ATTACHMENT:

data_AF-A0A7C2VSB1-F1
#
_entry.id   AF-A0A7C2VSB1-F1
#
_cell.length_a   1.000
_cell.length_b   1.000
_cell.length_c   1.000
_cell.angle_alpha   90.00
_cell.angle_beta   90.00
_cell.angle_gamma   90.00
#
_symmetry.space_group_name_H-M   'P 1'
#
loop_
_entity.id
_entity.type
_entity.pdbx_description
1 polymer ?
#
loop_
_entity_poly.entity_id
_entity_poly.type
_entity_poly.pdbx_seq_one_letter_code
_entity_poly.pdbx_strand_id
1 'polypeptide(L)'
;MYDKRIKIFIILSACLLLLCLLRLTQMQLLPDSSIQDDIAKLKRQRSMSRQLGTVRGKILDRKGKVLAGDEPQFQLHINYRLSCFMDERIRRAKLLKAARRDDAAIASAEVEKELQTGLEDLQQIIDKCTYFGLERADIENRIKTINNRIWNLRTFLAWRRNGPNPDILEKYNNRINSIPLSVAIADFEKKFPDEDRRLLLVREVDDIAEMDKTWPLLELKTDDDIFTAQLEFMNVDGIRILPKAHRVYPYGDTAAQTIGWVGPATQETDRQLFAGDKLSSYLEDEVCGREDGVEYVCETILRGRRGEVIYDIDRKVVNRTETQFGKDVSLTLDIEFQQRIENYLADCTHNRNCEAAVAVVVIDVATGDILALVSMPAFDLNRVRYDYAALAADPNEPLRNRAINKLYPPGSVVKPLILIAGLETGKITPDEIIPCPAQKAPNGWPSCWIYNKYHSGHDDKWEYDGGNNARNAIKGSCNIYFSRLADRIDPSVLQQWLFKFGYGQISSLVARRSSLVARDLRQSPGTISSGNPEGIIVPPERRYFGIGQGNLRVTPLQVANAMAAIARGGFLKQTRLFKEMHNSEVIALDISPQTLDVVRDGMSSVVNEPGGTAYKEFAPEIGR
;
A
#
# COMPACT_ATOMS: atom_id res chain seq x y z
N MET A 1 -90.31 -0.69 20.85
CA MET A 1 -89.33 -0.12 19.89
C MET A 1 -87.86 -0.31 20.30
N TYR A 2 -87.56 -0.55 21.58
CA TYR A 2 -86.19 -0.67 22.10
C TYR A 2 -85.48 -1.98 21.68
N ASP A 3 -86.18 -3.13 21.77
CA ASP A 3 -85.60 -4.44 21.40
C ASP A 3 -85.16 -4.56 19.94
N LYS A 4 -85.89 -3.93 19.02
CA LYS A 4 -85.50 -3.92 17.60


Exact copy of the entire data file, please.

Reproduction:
data_AF-A0A7C2VSB1-F1
#
_entry.id   AF-A0A7C2VSB1-F1
#
_cell.length_a   1.000
_cell.length_b   1.000
_cell.length_c   1.000
_cell.angle_alpha   90.00
_cell.angle_beta   90.00
_cell.angle_gamma   90.00
#
_symmetry.space_group_name_H-M   'P 1'
#
loop_
_entity.id
_entity.type
_entity.pdbx_description
1 polymer ?
#
loop_
_entity_poly.entity_id
_entity_poly.type
_entity_poly.pdbx_seq_one_letter_code
_entity_poly.pdbx_strand_id
1 'polypeptide(L)'
;MYDKRIKIFIILSACLLLLCLLRLTQMQLLPDSSIQDDIAKLKRQRSMSRQLGTVRGKILDRKGKVLAGDEPQFQLHINYRLSCFMDERIRRAKLLKAARRDDAAIASAEVEKELQTGLEDLQQIIDKCTYFGLERADIENRIKTINNRIWNLRTFLAWRRNGPNPDILEKYNNRINSIPLSVAIADFEKKFPDEDRRLLLVREVDDIAEMDKTWPLLELKTDDDIFTAQLEFMNVDGIRILPKAHRVYPYGDTAAQTIGWVGPATQETDRQLFAGDKLSSYLEDEVCGREDGVEYVCETILRGRRGEVIYDIDRKVVNRTETQFGKDVSLTLDIEFQQRIENYLADCTHNRNCEAAVAVVVIDVATGDILALVSMPAFDLNRVRYDYAALAADPNEPLRNRAINKLYPPGSVVKPLILIAGLETGKITPDEIIPCPAQKAPNGWPSCWIYNKYHSGHDDKWEYDGGNNARNAIKGSCNIYFSRLADRIDPSVLQQWLFKFGYGQISSLVARRSSLVARDLRQSPGTISSGNPEGIIVPPERRYFGIGQGNLRVTPLQVANAMAAIARGGFLKQTRLFKEMHNSEVIALDISPQTLDVVRDGMSSVVNEPGGTAYKEFAPEIGR
;
A
#
# COMPACT_ATOMS: atom_id res chain seq x y z
N MET A 1 -90.31 -0.69 20.85
CA MET A 1 -89.33 -0.12 19.89
C MET A 1 -87.86 -0.31 20.30
N TYR A 2 -87.56 -0.55 21.58
CA TYR A 2 -86.19 -0.67 22.10
C TYR A 2 -85.48 -1.98 21.68
N ASP A 3 -86.18 -3.13 21.77
CA ASP A 3 -85.60 -4.44 21.40
C ASP A 3 -85.16 -4.56 19.94
N LYS A 4 -85.89 -3.93 19.02
CA LYS A 4 -85.50 -3.92 17.60